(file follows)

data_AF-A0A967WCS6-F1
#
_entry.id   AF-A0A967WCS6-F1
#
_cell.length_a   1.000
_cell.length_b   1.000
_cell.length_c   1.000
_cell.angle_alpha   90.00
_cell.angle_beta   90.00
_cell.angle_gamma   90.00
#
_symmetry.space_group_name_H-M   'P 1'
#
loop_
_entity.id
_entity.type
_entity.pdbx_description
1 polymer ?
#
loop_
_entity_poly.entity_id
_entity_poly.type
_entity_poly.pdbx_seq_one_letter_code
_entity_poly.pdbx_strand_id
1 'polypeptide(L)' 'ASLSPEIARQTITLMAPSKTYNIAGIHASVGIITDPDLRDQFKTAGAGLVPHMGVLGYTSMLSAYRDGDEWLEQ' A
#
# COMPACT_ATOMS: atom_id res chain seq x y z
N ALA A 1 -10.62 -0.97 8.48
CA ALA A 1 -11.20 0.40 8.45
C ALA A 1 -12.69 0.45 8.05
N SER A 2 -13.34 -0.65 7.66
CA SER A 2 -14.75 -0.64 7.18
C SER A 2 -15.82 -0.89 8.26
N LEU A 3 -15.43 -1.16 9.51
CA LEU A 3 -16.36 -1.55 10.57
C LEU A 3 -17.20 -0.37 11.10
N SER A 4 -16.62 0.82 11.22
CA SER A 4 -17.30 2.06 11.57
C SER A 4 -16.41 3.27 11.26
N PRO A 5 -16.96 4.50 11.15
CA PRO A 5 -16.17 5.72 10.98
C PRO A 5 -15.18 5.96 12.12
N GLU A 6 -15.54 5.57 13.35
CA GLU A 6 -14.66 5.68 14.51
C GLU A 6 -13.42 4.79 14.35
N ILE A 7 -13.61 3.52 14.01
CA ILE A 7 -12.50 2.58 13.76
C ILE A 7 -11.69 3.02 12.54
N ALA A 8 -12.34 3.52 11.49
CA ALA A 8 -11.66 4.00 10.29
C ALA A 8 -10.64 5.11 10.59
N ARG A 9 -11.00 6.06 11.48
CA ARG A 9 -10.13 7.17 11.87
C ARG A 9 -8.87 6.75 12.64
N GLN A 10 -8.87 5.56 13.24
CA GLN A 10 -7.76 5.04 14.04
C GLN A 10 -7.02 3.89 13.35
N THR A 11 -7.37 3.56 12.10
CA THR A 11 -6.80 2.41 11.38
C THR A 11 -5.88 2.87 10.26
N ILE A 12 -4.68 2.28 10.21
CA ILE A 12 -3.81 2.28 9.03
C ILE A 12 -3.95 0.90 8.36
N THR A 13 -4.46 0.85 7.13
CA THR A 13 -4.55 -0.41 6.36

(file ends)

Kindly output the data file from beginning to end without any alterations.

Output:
data_AF-A0A967WCS6-F1
#
_entry.id   AF-A0A967WCS6-F1
#
_cell.length_a   1.000
_cell.length_b   1.000
_cell.length_c   1.000
_cell.angle_alpha   90.00
_cell.angle_beta   90.00
_cell.angle_gamma   90.00
#
_symmetry.space_group_name_H-M   'P 1'
#
loop_
_entity.id
_entity.type
_entity.pdbx_description
1 polymer ?
#
loop_
_entity_poly.entity_id
_entity_poly.type
_entity_poly.pdbx_seq_one_letter_code
_entity_poly.pdbx_strand_id
1 'polypeptide(L)' 'ASLSPEIARQTITLMAPSKTYNIAGIHASVGIITDPDLRDQFKTAGAGLVPHMGVLGYTSMLSAYRDGDEWLEQ' A
#
# COMPACT_ATOMS: atom_id res chain seq x y z
N ALA A 1 -10.62 -0.97 8.48
CA ALA A 1 -11.20 0.40 8.45
C ALA A 1 -12.69 0.45 8.05
N SER A 2 -13.34 -0.65 7.66
CA SER A 2 -14.75 -0.64 7.18
C SER A 2 -15.82 -0.89 8.26
N LEU A 3 -15.43 -1.16 9.51
CA LEU A 3 -16.36 -1.55 10.57
C LEU A 3 -17.20 -0.37 11.10
N SER A 4 -16.62 0.82 11.22
CA SER A 4 -17.30 2.06 11.57
C SER A 4 -16.41 3.27 11.26
N PRO A 5 -16.96 4.50 11.15
CA PRO A 5 -16.17 5.72 10.98
C PRO A 5 -15.18 5.96 12.12
N GLU A 6 -15.54 5.57 13.35
CA GLU A 6 -14.66 5.68 14.51
C GLU A 6 -13.42 4.79 14.35
N ILE A 7 -13.61 3.52 14.01
CA ILE A 7 -12.50 2.58 13.76
C ILE A 7 -11.69 3.02 12.54
N ALA A 8 -12.34 3.52 11.49
CA ALA A 8 -11.66 4.00 10.29
C ALA A 8 -10.64 5.11 10.59
N ARG A 9 -11.00 6.06 11.48
CA ARG A 9 -10.13 7.17 11.87
C ARG A 9 -8.87 6.75 12.64
N GLN A 10 -8.87 5.56 13.24
CA GLN A 10 -7.76 5.04 14.04
C GLN A 10 -7.02 3.89 13.35
N THR A 11 -7.37 3.56 12.10
CA THR A 11 -6.80 2.41 11.38
C THR A 11 -5.88 2.87 10.26
N ILE A 12 -4.68 2.28 10.21
CA ILE A 12 -3.81 2.28 9.03
C ILE A 12 -3.95 0.90 8.36
N THR A 13 -4.46 0.85 7.13
CA THR A 13 -4.55 -0.41 6.36